BACKGROUNDProlonged symptoms after SARS-CoV-2 infection are well documented. However, which factors influence development of long-term symptoms, how symptoms vary across ethnic groups, and whether long-term symptoms correlate with biomarkers are points that remain elusive.METHODSAdult SARS-CoV-2 reverse transcription PCR-positive (RT-PCR-positive) patients were recruited at Stanford from March 2020 to February 2021. Study participants were seen for in-person visits at diagnosis and every 1-3 months for up to 1 year after diagnosis; they completed symptom surveys and underwent blood draws and nasal swab collections at each visit.RESULTSOur cohort (n = 617) ranged from asymptomatic to critical COVID-19 infections. In total, 40% of participants reported at least 1 symptom associated with COVID-19 six months after diagnosis. Median time from diagnosis to first resolution of all symptoms was 44 days; median time from diagnosis to sustained symptom resolution with no recurring symptoms for 1 month or longer was 214 days. Anti-nucleocapsid IgG level in the first week after positive RT-PCR test and history of lung disease were associated with time to sustained symptom resolution. COVID-19 disease severity, ethnicity, age, sex, and remdesivir use did not affect time to sustained symptom resolution.CONCLUSIONWe found that all disease severities had a similar risk of developing post-COVID-19 syndrome in an ethnically diverse population. Comorbid lung disease and lower levels of initial IgG response to SARS-CoV-2 nucleocapsid antigen were associated with longer symptom duration.TRIAL REGISTRATIONClinicalTrials.gov, NCT04373148.FUNDINGNIH UL1TR003142 CTSA grant, NIH U54CA260517 grant, NIEHS R21 ES03304901, Sean N Parker Center for Allergy and Asthma Research at Stanford University, Chan Zuckerberg Biohub, Chan Zuckerberg Initiative, Sunshine Foundation, Crown Foundation, and Parker Foundation.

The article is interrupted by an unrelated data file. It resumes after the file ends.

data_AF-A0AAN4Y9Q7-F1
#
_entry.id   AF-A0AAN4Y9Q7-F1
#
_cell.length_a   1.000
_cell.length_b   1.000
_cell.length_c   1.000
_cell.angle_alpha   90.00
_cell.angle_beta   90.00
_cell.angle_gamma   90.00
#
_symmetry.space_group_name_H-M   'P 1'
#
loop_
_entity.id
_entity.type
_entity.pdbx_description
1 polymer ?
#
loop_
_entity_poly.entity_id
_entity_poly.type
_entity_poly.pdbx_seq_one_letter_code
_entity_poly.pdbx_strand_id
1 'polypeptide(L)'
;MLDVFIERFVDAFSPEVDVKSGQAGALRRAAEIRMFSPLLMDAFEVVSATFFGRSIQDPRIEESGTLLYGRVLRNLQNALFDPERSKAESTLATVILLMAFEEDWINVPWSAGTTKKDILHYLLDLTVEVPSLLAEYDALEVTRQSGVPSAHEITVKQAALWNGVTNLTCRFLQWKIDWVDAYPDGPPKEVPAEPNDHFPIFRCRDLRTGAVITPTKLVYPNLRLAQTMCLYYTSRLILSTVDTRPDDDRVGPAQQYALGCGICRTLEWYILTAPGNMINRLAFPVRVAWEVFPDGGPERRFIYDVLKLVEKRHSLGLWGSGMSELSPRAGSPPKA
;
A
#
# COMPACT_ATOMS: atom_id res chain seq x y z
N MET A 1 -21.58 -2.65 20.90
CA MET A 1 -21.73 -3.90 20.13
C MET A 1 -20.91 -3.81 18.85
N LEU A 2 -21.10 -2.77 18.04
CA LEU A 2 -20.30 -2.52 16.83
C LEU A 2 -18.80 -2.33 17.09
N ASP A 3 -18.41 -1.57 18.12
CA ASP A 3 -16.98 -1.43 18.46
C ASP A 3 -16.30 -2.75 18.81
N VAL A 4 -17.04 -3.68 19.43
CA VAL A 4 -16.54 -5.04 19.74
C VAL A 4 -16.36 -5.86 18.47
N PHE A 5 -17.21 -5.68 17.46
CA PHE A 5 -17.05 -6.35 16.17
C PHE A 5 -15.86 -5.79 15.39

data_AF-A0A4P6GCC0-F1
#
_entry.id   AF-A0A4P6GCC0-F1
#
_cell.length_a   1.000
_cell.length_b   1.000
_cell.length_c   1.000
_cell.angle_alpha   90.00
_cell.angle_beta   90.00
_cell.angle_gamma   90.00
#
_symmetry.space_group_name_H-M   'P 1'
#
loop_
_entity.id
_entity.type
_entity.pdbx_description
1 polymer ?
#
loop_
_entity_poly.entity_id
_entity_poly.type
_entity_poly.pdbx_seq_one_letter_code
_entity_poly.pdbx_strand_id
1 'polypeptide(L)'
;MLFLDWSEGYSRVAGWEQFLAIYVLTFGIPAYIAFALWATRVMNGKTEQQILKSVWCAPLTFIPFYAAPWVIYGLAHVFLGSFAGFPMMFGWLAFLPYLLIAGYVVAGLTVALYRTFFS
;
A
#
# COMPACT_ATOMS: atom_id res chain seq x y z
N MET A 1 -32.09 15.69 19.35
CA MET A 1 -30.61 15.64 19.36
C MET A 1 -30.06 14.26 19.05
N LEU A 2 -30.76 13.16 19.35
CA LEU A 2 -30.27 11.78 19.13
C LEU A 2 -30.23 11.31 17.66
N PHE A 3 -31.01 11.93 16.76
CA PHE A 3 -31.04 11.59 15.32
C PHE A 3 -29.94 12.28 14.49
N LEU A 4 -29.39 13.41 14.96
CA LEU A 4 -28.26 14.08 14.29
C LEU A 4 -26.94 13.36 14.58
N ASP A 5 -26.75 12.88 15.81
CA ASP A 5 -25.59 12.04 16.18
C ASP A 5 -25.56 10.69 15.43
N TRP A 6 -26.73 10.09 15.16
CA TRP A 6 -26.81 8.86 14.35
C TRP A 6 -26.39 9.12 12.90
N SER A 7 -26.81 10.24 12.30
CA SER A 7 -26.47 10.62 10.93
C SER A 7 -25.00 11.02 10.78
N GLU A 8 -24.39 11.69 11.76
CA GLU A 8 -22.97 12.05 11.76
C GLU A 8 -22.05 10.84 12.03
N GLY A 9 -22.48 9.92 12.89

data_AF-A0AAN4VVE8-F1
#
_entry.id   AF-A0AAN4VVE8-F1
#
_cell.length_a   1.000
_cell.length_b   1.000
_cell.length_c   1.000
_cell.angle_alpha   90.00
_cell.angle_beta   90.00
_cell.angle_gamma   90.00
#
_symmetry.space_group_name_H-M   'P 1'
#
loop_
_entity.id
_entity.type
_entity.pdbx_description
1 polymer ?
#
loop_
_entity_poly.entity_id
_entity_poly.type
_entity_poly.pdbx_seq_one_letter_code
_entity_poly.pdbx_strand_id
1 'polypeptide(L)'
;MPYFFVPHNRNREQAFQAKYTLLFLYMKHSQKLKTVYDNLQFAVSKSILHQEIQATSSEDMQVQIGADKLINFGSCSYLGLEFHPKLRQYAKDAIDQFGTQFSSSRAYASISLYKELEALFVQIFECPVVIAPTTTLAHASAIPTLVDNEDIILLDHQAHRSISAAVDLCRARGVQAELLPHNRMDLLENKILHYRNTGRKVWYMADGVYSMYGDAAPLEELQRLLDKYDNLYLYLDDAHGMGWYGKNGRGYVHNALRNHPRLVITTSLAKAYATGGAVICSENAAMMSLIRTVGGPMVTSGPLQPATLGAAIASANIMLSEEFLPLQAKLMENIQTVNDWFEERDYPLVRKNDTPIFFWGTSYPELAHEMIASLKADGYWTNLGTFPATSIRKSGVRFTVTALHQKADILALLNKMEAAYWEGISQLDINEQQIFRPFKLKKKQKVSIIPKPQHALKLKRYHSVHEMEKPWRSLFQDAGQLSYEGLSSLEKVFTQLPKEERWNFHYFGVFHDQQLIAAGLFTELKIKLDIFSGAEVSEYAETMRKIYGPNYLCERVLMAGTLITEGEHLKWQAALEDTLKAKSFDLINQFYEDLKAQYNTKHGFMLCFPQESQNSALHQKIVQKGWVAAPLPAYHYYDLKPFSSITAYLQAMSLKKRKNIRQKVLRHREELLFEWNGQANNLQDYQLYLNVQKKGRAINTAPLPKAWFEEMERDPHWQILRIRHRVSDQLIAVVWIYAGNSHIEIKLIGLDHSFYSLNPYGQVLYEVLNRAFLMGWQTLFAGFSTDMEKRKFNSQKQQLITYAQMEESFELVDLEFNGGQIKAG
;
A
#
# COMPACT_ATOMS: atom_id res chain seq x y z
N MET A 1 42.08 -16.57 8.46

View details for DOI 10.1172/jci.insight.156713
View details for PubMedID 35801588
- Detailed characterization of hospitalized patients infected with the Omicron variant of SARS-CoV-2. Journal of internal medicine 2022
Constrictive Pericarditis Revealing Rare Case of ALH Amyloidosis With Underlying Lymphoplasmacytic Lymphoma (Waldenstrom Macroglobulinemia).
JACC. Case reports
2022; 4 (5): 271-275
We present a case of pericardial amyloidosis with associated lymphoplasmacytic lymphoma in a patient with chronic worsening shortness of breath and cough. This case highlights the wide variation in the presentation of cardiac amyloidosis, and the rare occurrence of clinically significant light-chain and heavy-chain amyloidosis in the pericardium.(Level of Difficulty: Advanced.).
View details for DOI 10.1016/j.jaccas.2022.01.007
View details for PubMedID 35257101
SARS-CoV-2 and Perceived Physical, Mental and Social Health in Northern California
MOSBY-ELSEVIER. 2022: AB46
View details for Web of Science ID 000778999300137